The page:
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Power play: Mini E represents BMW's first foray into the electric car world.

BMW will release about 500 electric Mini test cars in the USA from November

21 Oct 2008

BMW is rolling out around 500 specially-modified electric vehicles based on the current-generation R56 Mini.

Dubbed ‘Mini E’, the small EV will be one of the first automotive applications of lithium-ion battery technology.

The two-seater three-door zero-emissions hatchback will be unveiled at the Los Angeles Auto Show in November before being leased to select public and corporate customers in California, New York and New Jersey.

BMW will not disclose how much the Mini E costs, or the sum of the 12-month lease per vehicle (with an extension plan available). Nor are there plans to bring any to Australia, although a number of European countries are also being earmarked for the Mini E experiment.

“We will sit and wait – if it does become available as a series production car then we will have to consider it for the Australian market,” said BMW product communications manager Tim James. “It’s still in the concept stage. A lot of information has not yet been released.” BMW believes it will be the world’s first manufacturer of premium vehicles to offer an all-electric vehicle. All 500 or so examples will be built by year’s end at the Mini’s regular site in Oxford in England, with the electric drivetrain produced in Germany.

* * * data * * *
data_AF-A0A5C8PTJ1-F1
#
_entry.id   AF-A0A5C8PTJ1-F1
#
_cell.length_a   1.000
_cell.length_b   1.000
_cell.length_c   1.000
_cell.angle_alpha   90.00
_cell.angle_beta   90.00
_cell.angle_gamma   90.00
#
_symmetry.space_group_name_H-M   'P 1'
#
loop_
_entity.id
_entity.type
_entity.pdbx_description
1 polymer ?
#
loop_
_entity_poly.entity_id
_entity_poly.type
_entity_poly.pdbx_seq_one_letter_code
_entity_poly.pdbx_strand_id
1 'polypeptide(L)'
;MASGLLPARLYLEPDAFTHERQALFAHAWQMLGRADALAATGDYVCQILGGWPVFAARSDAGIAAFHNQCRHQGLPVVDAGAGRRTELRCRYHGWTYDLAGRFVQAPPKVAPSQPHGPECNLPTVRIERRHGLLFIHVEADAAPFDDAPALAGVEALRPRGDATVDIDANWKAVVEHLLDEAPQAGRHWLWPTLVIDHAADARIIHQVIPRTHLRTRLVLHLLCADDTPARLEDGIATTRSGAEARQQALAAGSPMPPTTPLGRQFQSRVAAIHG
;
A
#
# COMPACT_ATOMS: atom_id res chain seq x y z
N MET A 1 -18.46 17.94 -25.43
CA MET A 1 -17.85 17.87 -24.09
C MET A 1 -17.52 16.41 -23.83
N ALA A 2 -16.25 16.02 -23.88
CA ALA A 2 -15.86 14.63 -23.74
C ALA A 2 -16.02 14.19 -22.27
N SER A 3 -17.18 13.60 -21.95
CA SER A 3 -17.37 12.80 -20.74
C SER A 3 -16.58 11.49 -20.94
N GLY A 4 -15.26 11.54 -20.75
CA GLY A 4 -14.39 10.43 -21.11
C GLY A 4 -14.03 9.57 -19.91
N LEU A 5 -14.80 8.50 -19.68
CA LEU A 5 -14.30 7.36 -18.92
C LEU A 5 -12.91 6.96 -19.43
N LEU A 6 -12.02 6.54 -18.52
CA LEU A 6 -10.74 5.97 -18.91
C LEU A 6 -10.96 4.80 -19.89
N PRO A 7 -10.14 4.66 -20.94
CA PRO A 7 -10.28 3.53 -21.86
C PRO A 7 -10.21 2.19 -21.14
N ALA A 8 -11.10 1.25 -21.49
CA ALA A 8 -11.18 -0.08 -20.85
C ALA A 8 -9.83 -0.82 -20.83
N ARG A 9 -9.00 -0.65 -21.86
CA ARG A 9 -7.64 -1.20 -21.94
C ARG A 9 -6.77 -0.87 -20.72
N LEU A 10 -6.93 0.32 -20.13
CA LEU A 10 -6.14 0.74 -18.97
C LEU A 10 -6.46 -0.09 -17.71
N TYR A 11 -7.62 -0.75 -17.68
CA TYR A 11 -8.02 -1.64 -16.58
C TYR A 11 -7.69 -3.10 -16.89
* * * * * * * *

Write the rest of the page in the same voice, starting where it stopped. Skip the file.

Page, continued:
Power comes from a 150kW electric motor mounted transversely at the front, producing peak torque of 220Nm from standstill and driving the front wheels as per regular models but via a single-stage helical gearbox instead of the usual manual or torque-converter automatic gearbox.

39 center imageBMW claims the Mini E will zip almost silently to 100km/h in 8.5 seconds, and is limited to a top speed of 152km/h.

In place of the rear seats is a high-performance lithium-ion battery, giving the Mini E a range of more than 240km. The battery has a storage capacity of 35kWh and it transmits energy to the electric motor as direct current at a nominal 380 volts.